The northern half of the park, stretching through DUMBO from the Brooklyn Bridge, and under the Manhattan Bridge, is intimate and complicated. An historic carousel was restored by philanthropist and artist Jane Wolenta and placed in a glittering pale crystal box designed by Jean Nouvel. Small lawns run up to the Empire Stores Warehouses, built in 1869, and the neighboring Tobacco Warehouse, all within the Fulton Ferry Historic District. DUMBO’s lowness gave its warehouses direct access to the waterfront at the end of every street, and now the park enjoys the same advantage. Van Valkenburgh’s design carves its way along the formerly industrial waterfront, creating coves, a pebble beach, and small peninsulas. This topography established by industry, born of necessity, is a great asset to the park’s design.
North-East of the Brooklyn Bridge, the park ends just beyond the Manhattan Bridge, and it will eventually extend another city block further. This section was the first to open. It followed a master plan created by Van Valkenburgh, but it was completed in a rush by the Parks Department. Although many unique details that stand out in areas later completed by Van Valkenburgh, including lighting fixtures and wooden benches, are more generic here, the spaces under the Manhattan Bridge are otherworldly and thrilling. An inlet snakes around the bridge’s east tower, giving room for a kayak slip, while a path follows the course of the bridge, upland towards the city.
The southern expanse of the park, on the other side of the Brooklyn Bridge, begins with the Fulton Ferry Landing, followed by five wide piers reaching into the East River, giving the park the majority of its acreage. Only piers 1 and 6, at opposite ends of the row, have been finished so far. They are a physical introduction to the programmed nature of future spaces on this side of the park, which will include a variety of sports fields and courts, some flexible spaces for public assembly, a few highly designed playgrounds, food concessions, a small network of canals, and water gardens. Most of this has yet to be built, but Pier 1, unusual because its on landfill instead of pylons, already has a 30-foot grassy mountain, making it a surreal site. By contrast, Pier 4 is heavily deteriorated, and will become an unoccupied island with natural vegetation. Pier 6 has the most playgrounds, a modern recreational ferry dockage, and a second main park entrance, at the end of Atlantic Avenue.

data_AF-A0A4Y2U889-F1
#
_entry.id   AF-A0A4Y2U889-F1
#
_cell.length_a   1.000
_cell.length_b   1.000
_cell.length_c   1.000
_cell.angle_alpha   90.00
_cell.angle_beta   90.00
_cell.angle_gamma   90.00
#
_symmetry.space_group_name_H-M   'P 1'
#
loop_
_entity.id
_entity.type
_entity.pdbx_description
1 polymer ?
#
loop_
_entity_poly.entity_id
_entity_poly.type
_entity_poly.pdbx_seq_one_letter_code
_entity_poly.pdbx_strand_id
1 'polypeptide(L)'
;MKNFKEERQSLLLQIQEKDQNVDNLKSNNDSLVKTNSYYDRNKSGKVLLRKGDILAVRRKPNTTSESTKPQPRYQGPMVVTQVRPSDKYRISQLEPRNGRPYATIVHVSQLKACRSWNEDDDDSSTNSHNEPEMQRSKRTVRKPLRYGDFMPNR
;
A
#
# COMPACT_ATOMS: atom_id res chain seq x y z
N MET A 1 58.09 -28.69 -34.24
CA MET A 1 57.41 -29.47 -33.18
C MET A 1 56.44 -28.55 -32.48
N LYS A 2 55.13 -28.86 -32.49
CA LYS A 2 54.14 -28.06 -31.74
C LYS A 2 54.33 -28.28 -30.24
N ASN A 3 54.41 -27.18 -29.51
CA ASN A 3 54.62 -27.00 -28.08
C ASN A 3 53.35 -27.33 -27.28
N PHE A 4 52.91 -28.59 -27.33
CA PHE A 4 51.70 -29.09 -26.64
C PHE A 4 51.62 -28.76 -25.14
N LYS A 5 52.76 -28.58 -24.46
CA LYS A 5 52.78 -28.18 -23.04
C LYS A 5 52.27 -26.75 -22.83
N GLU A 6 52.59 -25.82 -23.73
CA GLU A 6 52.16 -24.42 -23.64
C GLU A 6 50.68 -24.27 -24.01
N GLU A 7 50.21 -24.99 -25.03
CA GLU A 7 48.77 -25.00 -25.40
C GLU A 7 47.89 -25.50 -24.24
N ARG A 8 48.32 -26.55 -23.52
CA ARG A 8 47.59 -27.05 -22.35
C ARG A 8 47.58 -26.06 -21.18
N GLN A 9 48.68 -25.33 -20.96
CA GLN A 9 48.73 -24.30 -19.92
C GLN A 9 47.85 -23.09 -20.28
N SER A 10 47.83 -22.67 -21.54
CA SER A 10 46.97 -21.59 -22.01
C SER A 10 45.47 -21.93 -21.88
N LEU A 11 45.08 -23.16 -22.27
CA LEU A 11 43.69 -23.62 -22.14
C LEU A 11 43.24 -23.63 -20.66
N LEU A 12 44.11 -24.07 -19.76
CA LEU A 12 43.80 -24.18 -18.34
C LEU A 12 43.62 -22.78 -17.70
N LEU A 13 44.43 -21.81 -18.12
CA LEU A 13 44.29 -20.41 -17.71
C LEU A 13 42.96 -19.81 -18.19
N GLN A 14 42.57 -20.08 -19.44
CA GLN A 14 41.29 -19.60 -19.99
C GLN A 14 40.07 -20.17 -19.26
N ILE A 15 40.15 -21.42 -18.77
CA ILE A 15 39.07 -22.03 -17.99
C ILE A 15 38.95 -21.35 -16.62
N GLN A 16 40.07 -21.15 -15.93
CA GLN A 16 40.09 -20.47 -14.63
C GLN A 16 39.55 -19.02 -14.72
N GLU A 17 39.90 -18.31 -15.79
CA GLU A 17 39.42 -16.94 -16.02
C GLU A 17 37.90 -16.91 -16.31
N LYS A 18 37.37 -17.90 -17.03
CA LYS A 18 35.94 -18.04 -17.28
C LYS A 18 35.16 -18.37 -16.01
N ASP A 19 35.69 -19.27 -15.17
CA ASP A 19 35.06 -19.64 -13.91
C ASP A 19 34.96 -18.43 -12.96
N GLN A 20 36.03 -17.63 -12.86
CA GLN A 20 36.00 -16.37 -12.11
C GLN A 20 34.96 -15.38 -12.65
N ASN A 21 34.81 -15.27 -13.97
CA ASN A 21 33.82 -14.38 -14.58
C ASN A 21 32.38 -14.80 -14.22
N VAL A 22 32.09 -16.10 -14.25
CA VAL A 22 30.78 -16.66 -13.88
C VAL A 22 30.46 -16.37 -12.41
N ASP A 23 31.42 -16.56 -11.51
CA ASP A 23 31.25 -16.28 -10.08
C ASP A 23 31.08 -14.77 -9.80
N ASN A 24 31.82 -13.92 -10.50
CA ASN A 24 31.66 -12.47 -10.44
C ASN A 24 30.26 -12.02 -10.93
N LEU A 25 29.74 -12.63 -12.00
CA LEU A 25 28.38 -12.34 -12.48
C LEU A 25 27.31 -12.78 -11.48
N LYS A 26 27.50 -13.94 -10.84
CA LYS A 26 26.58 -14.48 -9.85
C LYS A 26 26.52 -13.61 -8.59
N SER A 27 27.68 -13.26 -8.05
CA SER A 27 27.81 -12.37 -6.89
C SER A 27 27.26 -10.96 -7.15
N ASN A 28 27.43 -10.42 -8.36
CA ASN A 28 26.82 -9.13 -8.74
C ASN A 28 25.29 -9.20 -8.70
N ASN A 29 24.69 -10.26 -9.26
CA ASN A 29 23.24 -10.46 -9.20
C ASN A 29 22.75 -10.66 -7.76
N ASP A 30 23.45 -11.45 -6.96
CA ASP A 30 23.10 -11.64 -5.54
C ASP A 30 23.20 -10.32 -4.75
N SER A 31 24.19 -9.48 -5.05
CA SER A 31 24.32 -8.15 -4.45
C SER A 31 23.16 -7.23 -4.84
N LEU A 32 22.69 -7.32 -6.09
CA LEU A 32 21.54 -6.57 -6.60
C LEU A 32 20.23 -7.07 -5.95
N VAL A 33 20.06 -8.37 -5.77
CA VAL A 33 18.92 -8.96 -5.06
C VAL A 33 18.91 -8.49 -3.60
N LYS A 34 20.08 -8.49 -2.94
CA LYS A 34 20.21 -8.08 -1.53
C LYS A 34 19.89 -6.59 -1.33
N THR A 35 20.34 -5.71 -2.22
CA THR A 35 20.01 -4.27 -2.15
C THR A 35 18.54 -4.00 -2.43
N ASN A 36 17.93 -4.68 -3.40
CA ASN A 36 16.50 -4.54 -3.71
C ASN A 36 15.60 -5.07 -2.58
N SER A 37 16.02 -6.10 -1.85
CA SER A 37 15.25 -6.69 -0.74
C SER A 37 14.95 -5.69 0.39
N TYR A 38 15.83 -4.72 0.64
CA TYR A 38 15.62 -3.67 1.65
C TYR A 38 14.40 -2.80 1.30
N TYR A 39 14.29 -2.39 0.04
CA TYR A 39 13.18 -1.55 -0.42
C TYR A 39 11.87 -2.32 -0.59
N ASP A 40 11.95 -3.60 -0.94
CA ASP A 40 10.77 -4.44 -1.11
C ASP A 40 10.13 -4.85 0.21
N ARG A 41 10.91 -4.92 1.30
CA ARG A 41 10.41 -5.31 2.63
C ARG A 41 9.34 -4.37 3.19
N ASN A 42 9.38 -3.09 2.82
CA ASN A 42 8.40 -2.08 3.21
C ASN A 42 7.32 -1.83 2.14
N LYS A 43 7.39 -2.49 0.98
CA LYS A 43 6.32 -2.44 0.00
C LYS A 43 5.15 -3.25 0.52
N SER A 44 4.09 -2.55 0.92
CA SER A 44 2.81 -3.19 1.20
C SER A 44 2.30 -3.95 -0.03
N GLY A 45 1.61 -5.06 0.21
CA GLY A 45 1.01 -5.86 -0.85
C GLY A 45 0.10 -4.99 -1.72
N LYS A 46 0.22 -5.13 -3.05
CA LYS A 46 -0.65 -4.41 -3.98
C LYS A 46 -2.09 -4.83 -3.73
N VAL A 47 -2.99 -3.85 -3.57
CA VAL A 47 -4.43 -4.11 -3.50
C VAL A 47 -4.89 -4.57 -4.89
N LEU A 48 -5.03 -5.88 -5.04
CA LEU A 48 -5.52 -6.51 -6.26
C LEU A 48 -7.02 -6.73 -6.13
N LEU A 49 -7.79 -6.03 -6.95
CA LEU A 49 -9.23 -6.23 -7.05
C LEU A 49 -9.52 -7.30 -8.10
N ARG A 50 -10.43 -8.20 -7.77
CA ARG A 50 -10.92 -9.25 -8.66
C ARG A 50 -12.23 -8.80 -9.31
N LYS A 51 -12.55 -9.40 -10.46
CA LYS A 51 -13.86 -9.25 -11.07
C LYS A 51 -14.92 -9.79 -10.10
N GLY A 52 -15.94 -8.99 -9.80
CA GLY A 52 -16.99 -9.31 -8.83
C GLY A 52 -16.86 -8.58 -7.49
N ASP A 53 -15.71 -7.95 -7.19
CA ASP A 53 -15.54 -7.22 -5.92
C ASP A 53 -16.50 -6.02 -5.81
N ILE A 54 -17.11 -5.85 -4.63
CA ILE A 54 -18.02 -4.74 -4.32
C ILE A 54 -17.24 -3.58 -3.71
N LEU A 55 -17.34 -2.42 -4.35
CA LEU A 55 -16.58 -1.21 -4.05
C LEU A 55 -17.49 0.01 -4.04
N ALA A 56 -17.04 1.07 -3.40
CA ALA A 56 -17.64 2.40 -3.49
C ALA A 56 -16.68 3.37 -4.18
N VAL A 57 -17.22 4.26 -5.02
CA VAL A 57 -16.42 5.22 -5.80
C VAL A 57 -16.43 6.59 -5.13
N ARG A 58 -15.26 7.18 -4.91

By now we are between the East River, and the six-lane Brooklyn-Queens Expressway, which cantilevers off a cliff, without many choices of escape. There are about 50 vertical feet between us and the Brooklyn Heights Promenade, clearly separating the park from the city. This boundary is a serious problem for the park, which Van Valkenburgh’s design has attempted to mitigate through increased access along the other entrances, plans to add a flying wooden staircase, and the addition of a new bus line down into the park. Hopefully these moves will help, because the highway is an incredible beauty. I love watching the BQE from this angle, where it forms a great, constantly moving, palisade, and then shoots off, seemingly through a canyon in the city, darting under the Brooklyn Bridge and up towards Queens. I love this mess of roads, bits of city squeezed in, and the crazy infrastructural landscape it creates.
The viaduct of the Brooklyn Bridge glides just above the BQE, then launches into the sky and soars magnificently over the future Brooklyn Bridge Plaza, towards Manhattan. Once the Plaza is open, and other major elements near completion, the park’s disparate halves will come together and the composition of Michael Van Valkenburgh’s design will make sense to park-goers. The BQE may not prove to be as problematic an obstacle for the park as was predicted, and may even become part of the attraction. The park’s dynamic and nuanced procession of piers, plazas, lawns, and promenades will give Brooklyn a great public waterfront of vitality and delight.